The “CPU over temperature error” is a startup error message related to the AMI-based motherboards.
When the motherboard detects the CPU temperature crossing a predefined limit (usually 90-100°C) for a certain amount of time, it will display this message on the next boot.
To better understand it, I tried to recreate it on my ASUS Prime B450 Plus system with AMD Ryzen 5 5600G CPU. I succeeded in two ways only— one by unplugging the CPU cooler and another by overclocking my CPU to 4500 MHz.
If you keep getting this issue, it means your CPU cooler is not able to properly cool down the CPU. In such cases, try to lower the overclock settings or check for any issues with the CPU cooler.
If everything is working fine, your only option is to upgrade your cooling system.
Lower Overclock Settings
Overclocking (OC) is a good idea to get the most out of your CPU. However, if you overclock the device beyond its handling capacity, it will start overheating rapidly.
If so, lower the overclock settings to a reasonable limit in such cases. For a low-spec PC, it’s better to disable overclocking altogether.
If you used a program to overclock your CPU, lower the CPU ratio through the same app. If you tweaked the frequency and voltage settings on the BIOS, enter the BIOS/UEFI and lower these parameters manually.
You can also reset your motherboard BIOS to disable OC settings on the BIOS/UEFI. The easiest way to do so is to select the Load Optimized Defaults or a similar option on the UEFI’s Exit tab.
Check CPU Cooler
Your CPU will also overheat to a very high degree due to certain issues with the CPU cooler.
- Loose or broken connection between the CPU cooler and the motherboard:
- You can visually inspect if the CPU cooler is spinning or not to check for connection issues.
- If there’s any issue, reinsert the fan cable to the CPU_FAN header and make sure it is working properly.
- To determine AIO pump failure issues, check its RPM using fan speed measuring software or through the BIOS.
- Improper contact between the heatsink and the CPU:
- Check if the CPU cooler is properly and securely aligned to the CPU or not.
- You can also remove it and inspect the thermal paste to determine the contact. A proper connection will spread the paste on most of the surface with a thin layer.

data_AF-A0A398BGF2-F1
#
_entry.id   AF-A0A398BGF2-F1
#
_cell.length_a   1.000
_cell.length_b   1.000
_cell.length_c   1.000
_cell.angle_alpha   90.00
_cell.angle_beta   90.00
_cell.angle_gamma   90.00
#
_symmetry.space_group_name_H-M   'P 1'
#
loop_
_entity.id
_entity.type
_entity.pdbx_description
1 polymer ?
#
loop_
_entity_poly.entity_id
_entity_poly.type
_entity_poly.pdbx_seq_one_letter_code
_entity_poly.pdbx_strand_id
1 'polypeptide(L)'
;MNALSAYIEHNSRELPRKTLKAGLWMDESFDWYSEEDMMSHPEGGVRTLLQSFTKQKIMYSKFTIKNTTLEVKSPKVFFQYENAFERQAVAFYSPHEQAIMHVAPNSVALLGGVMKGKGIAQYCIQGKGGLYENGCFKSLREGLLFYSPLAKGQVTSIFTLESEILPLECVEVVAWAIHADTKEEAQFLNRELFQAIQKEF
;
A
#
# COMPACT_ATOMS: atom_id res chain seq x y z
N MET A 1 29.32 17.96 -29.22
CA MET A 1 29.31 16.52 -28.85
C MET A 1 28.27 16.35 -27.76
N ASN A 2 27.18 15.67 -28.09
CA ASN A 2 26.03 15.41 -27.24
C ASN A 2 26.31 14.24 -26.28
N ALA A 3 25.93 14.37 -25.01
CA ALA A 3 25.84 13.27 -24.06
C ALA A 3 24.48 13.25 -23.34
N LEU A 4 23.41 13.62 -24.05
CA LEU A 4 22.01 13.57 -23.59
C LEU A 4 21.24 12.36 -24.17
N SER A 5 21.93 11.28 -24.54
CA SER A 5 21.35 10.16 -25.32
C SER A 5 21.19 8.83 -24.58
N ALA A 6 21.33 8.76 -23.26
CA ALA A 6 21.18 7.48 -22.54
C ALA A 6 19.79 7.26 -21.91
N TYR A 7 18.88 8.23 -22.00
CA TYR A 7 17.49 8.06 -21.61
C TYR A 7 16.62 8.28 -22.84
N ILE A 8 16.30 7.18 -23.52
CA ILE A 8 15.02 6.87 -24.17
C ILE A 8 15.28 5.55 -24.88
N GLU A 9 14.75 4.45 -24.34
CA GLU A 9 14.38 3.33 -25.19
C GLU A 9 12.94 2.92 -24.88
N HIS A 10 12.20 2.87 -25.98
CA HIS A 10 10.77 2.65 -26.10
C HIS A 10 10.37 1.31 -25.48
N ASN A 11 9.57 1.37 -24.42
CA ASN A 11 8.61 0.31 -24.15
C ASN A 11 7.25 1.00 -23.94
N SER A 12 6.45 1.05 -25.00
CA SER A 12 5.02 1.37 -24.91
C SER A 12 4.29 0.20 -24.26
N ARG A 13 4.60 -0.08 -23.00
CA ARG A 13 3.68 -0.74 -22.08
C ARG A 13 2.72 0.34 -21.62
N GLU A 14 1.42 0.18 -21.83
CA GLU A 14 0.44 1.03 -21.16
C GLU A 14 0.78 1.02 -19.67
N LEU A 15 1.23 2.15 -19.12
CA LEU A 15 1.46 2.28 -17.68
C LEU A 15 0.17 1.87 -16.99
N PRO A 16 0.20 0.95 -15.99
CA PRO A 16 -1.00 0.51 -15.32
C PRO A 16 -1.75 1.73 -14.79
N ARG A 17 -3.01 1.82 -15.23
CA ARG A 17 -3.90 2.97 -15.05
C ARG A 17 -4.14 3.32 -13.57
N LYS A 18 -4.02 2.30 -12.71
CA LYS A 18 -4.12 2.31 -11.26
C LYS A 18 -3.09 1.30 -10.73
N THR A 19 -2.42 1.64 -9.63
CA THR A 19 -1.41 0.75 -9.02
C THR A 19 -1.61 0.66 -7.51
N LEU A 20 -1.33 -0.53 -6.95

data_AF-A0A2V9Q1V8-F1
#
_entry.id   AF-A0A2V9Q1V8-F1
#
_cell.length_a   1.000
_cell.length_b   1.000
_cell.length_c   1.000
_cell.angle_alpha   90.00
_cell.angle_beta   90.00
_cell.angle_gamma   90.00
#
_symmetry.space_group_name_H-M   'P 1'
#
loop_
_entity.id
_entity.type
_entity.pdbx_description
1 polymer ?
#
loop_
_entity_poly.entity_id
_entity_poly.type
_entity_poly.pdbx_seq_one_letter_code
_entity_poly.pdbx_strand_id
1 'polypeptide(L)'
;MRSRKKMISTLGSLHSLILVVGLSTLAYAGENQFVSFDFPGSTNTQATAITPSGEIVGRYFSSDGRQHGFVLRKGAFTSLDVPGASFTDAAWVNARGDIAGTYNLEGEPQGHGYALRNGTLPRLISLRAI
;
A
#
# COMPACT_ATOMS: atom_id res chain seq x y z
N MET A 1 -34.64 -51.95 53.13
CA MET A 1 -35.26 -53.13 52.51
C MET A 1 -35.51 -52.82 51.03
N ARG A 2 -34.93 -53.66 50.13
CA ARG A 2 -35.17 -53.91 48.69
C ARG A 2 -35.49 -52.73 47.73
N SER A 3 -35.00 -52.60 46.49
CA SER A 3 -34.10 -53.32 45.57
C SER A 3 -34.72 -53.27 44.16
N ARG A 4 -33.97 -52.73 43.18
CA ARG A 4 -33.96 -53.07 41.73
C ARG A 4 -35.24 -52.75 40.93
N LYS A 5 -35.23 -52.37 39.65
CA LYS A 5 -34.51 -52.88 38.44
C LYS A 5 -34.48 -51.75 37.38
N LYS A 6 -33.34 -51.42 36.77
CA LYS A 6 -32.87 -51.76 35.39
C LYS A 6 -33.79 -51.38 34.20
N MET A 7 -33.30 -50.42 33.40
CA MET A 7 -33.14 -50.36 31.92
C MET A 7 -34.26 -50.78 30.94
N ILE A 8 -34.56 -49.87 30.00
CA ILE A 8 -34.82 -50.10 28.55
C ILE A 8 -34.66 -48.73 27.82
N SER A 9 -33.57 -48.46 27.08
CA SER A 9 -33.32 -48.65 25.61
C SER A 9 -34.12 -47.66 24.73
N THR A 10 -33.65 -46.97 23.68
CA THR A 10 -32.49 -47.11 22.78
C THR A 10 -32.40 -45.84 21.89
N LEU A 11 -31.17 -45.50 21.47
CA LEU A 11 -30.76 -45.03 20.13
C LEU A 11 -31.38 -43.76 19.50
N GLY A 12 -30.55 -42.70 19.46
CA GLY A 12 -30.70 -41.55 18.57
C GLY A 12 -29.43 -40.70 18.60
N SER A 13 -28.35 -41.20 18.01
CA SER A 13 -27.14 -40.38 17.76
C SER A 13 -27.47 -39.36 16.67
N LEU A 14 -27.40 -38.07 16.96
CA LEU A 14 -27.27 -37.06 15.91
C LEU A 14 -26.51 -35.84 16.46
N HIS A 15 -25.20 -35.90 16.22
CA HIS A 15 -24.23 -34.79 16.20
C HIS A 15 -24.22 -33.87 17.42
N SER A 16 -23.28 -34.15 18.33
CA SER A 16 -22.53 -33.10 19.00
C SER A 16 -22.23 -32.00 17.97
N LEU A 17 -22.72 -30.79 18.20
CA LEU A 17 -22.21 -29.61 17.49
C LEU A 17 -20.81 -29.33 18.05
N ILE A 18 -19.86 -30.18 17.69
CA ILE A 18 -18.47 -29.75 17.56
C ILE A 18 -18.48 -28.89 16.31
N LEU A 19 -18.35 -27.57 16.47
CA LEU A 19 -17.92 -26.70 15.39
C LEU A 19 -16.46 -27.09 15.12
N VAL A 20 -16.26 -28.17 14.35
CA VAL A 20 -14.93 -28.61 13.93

- A dry layer of thermal paste also prevents proper dissipation of heat to the heatsink. In such cases, clean it properly using isopropyl alcohol and microfiber cloth.
- Then, reinstall the cooler as tightly as possible while applying a suitable amount of thermal paste. Make sure to use a proper pattern that spreads the best like the dot/pea or the X-pattern.
- Severe dust accumulation on the CPU cooler:
- Very low fan speed:
- Usually, this overheating error should not occur due to low fan speed as most systems ramp up the fans to the max RPM at high CPU temps.
- But in some systems, it is possible to configure the speed at the highest allowed temperatures. If you have such a motherboard, get to the BIOS and appropriately control the fan speed.
Also, make sure that nothing is obstructing the intake and exhaust vents on your computer, especially if you are using a laptop.
Upgrade Cooling System
If you need to overclock your CPU or run heavy apps on your computer but your original cooling system is not up to par, upgrade it as soon as possible.
- It’s best to have a CPU cooler with significantly more TDP than your CPU’s. If you are using an air-cooler you can also consider liquid cooling options like an AIO cooler.
- Both the air CPU cooler and AIO radiators depend on the airflow inside the case for cooling. So, make sure you have enough case fans on your PC. Refer to our How to Install PC Fans guide to properly add more case fans.
Tip for Experts:
Depending on your system, delidding your CPU can also bring down its usual temperature by 5-10°C or more.
If you are confident of being able to do so by yourself and need some extra cooling efficiency, check out our CPU Delidding guide to learn the proper process.
Consult Hardware Professional
Sometimes you may encounter this issue even if your CPU does not actually overheat so much (check with physical contact).
It usually happens when your computer’s thermal sensor becomes defective. Minor damage to some other components on the motherboard or CPU may as well cause this issue.
In such scenarios, seek professional help to diagnose and resolve the issue. You may need to replace faulty devices altogether.